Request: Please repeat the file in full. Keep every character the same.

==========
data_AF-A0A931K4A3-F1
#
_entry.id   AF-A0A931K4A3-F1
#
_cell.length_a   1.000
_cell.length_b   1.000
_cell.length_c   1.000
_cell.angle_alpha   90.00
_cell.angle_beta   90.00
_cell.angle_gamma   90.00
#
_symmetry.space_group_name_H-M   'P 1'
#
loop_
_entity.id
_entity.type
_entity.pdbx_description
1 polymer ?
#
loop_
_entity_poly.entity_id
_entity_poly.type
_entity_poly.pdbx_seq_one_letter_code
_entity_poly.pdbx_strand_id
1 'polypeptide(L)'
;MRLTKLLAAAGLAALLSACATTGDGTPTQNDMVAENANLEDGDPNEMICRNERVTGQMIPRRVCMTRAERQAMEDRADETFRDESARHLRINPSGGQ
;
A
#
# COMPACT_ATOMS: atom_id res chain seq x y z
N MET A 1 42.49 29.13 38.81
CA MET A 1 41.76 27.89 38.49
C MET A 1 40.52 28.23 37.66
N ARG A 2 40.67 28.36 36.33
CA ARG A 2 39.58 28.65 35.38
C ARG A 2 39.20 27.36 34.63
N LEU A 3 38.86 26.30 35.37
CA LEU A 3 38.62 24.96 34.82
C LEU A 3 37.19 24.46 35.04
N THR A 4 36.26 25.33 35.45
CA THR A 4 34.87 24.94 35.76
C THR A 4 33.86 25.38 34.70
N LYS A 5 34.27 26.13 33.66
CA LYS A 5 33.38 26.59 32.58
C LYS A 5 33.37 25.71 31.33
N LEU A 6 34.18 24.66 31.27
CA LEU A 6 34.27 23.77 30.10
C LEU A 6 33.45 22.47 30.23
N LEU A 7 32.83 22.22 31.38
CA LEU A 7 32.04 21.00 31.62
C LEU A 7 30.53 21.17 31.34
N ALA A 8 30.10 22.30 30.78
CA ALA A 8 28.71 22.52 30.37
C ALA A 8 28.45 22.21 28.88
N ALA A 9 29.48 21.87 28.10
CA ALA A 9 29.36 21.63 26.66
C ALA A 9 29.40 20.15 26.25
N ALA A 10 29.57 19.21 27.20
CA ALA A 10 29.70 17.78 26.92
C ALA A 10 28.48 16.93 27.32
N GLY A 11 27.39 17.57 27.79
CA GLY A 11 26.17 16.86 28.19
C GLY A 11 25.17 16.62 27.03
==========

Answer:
data_AF-A0A931K4A3-F1
#
_entry.id   AF-A0A931K4A3-F1
#
_cell.length_a   1.000
_cell.length_b   1.000
_cell.length_c   1.000
_cell.angle_alpha   90.00
_cell.angle_beta   90.00
_cell.angle_gamma   90.00
#
_symmetry.space_group_name_H-M   'P 1'
#
loop_
_entity.id
_entity.type
_entity.pdbx_description
1 polymer ?
#
loop_
_entity_poly.entity_id
_entity_poly.type
_entity_poly.pdbx_seq_one_letter_code
_entity_poly.pdbx_strand_id
1 'polypeptide(L)'
;MRLTKLLAAAGLAALLSACATTGDGTPTQNDMVAENANLEDGDPNEMICRNERVTGQMIPRRVCMTRAERQAMEDRADETFRDESARHLRINPSGGQ
;
A
#
# COMPACT_ATOMS: atom_id res chain seq x y z
N MET A 1 42.49 29.13 38.81
CA MET A 1 41.76 27.89 38.49
C MET A 1 40.52 28.23 37.66
N ARG A 2 40.67 28.36 36.33
CA ARG A 2 39.58 28.65 35.38
C ARG A 2 39.20 27.36 34.63
N LEU A 3 38.86 26.30 35.37
CA LEU A 3 38.62 24.96 34.82
C LEU A 3 37.19 24.46 35.04
N THR A 4 36.26 25.33 35.45
CA THR A 4 34.87 24.94 35.76
C THR A 4 33.86 25.38 34.70
N LYS A 5 34.27 26.13 33.66
CA LYS A 5 33.38 26.59 32.58
C LYS A 5 33.37 25.71 31.33
N LEU A 6 34.18 24.66 31.27
CA LEU A 6 34.27 23.77 30.10
C LEU A 6 33.45 22.47 30.23
N LEU A 7 32.83 22.22 31.38
CA LEU A 7 32.04 21.00 31.62
C LEU A 7 30.53 21.17 31.34
N ALA A 8 30.10 22.30 30.78
CA ALA A 8 28.71 22.52 30.37
C ALA A 8 28.45 22.21 28.88
N ALA A 9 29.48 21.87 28.10
CA ALA A 9 29.36 21.63 26.66
C ALA A 9 29.40 20.15 26.25
N ALA A 10 29.57 19.21 27.20
CA ALA A 10 29.70 17.78 26.92
C ALA A 10 28.48 16.93 27.32
N GLY A 11 27.39 17.57 27.79
CA GLY A 11 26.17 16.86 28.19
C GLY A 11 25.17 16.62 27.03